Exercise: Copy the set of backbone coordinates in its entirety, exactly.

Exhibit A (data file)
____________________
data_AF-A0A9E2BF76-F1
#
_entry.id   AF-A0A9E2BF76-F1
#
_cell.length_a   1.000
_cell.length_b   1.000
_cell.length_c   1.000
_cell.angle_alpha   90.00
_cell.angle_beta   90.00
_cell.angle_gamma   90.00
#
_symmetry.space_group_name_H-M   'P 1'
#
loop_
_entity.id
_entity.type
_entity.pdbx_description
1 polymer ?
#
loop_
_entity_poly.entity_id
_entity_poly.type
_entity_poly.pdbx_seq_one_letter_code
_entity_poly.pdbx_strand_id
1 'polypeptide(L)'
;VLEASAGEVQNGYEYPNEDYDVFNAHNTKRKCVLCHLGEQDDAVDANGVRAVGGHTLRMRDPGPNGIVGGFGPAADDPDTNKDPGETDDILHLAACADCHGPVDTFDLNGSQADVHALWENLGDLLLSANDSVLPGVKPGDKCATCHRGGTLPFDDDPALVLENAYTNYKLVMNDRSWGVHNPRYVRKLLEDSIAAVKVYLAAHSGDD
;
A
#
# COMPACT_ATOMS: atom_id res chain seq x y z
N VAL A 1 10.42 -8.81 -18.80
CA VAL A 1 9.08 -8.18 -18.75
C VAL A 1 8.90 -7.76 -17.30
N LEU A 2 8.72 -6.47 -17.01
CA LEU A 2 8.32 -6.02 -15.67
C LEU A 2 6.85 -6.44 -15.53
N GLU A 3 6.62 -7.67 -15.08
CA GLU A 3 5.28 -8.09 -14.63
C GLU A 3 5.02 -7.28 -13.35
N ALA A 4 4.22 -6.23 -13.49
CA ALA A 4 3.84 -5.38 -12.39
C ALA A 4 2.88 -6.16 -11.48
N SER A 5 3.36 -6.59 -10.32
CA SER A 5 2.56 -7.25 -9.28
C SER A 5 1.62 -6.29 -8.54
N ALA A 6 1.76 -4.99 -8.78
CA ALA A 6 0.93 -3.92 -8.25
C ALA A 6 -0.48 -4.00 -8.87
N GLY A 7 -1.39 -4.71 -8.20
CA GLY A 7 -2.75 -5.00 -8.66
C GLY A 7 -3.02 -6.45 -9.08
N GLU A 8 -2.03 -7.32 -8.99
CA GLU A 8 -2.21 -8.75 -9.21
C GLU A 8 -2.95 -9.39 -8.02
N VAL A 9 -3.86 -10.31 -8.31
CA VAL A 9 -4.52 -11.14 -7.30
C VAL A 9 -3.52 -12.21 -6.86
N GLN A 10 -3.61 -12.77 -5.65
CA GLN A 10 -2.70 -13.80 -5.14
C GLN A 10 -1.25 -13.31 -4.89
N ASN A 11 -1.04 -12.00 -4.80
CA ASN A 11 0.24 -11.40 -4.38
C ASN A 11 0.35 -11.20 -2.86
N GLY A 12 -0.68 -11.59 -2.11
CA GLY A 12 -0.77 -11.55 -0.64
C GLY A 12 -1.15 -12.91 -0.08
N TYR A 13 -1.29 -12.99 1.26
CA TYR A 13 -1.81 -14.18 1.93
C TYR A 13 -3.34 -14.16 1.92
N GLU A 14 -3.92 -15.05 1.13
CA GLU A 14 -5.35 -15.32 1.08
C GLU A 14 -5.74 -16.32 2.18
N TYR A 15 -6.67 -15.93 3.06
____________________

data_AF-A0A9E2BF76-F1
#
_entry.id   AF-A0A9E2BF76-F1
#
_cell.length_a   1.000
_cell.length_b   1.000
_cell.length_c   1.000
_cell.angle_alpha   90.00
_cell.angle_beta   90.00
_cell.angle_gamma   90.00
#
_symmetry.space_group_name_H-M   'P 1'
#
loop_
_entity.id
_entity.type
_entity.pdbx_description
1 polymer ?
#
loop_
_entity_poly.entity_id
_entity_poly.type
_entity_poly.pdbx_seq_one_letter_code
_entity_poly.pdbx_strand_id
1 'polypeptide(L)'
;VLEASAGEVQNGYEYPNEDYDVFNAHNTKRKCVLCHLGEQDDAVDANGVRAVGGHTLRMRDPGPNGIVGGFGPAADDPDTNKDPGETDDILHLAACADCHGPVDTFDLNGSQADVHALWENLGDLLLSANDSVLPGVKPGDKCATCHRGGTLPFDDDPALVLENAYTNYKLVMNDRSWGVHNPRYVRKLLEDSIAAVKVYLAAHSGDD
;
A
#
# COMPACT_ATOMS: atom_id res chain seq x y z
N VAL A 1 10.42 -8.81 -18.80
CA VAL A 1 9.08 -8.18 -18.75
C VAL A 1 8.90 -7.76 -17.30
N LEU A 2 8.72 -6.47 -17.01
CA LEU A 2 8.32 -6.02 -15.67
C LEU A 2 6.85 -6.44 -15.53
N GLU A 3 6.62 -7.67 -15.08
CA GLU A 3 5.28 -8.09 -14.63
C GLU A 3 5.02 -7.28 -13.35
N ALA A 4 4.22 -6.23 -13.49
CA ALA A 4 3.84 -5.38 -12.39
C ALA A 4 2.88 -6.16 -11.48
N SER A 5 3.36 -6.59 -10.32
CA SER A 5 2.56 -7.25 -9.28
C SER A 5 1.62 -6.29 -8.54
N ALA A 6 1.76 -4.99 -8.78
CA ALA A 6 0.93 -3.92 -8.25
C ALA A 6 -0.48 -4.00 -8.87
N GLY A 7 -1.39 -4.71 -8.20
CA GLY A 7 -2.75 -5.00 -8.66
C GLY A 7 -3.02 -6.45 -9.08
N GLU A 8 -2.03 -7.32 -8.99
CA GLU A 8 -2.21 -8.75 -9.21
C GLU A 8 -2.95 -9.39 -8.02
N VAL A 9 -3.86 -10.31 -8.31
CA VAL A 9 -4.52 -11.14 -7.30
C VAL A 9 -3.52 -12.21 -6.86
N GLN A 10 -3.61 -12.77 -5.65
CA GLN A 10 -2.70 -13.80 -5.14
C GLN A 10 -1.25 -13.31 -4.89
N ASN A 11 -1.04 -12.00 -4.80
CA ASN A 11 0.24 -11.40 -4.38
C ASN A 11 0.35 -11.20 -2.86
N GLY A 12 -0.68 -11.59 -2.11
CA GLY A 12 -0.77 -11.55 -0.64
C GLY A 12 -1.15 -12.91 -0.08
N TYR A 13 -1.29 -12.99 1.26
CA TYR A 13 -1.81 -14.18 1.93
C TYR A 13 -3.34 -14.16 1.92
N GLU A 14 -3.92 -15.05 1.13
CA GLU A 14 -5.35 -15.32 1.08
C GLU A 14 -5.74 -16.32 2.18
N TYR A 15 -6.67 -15.93 3.06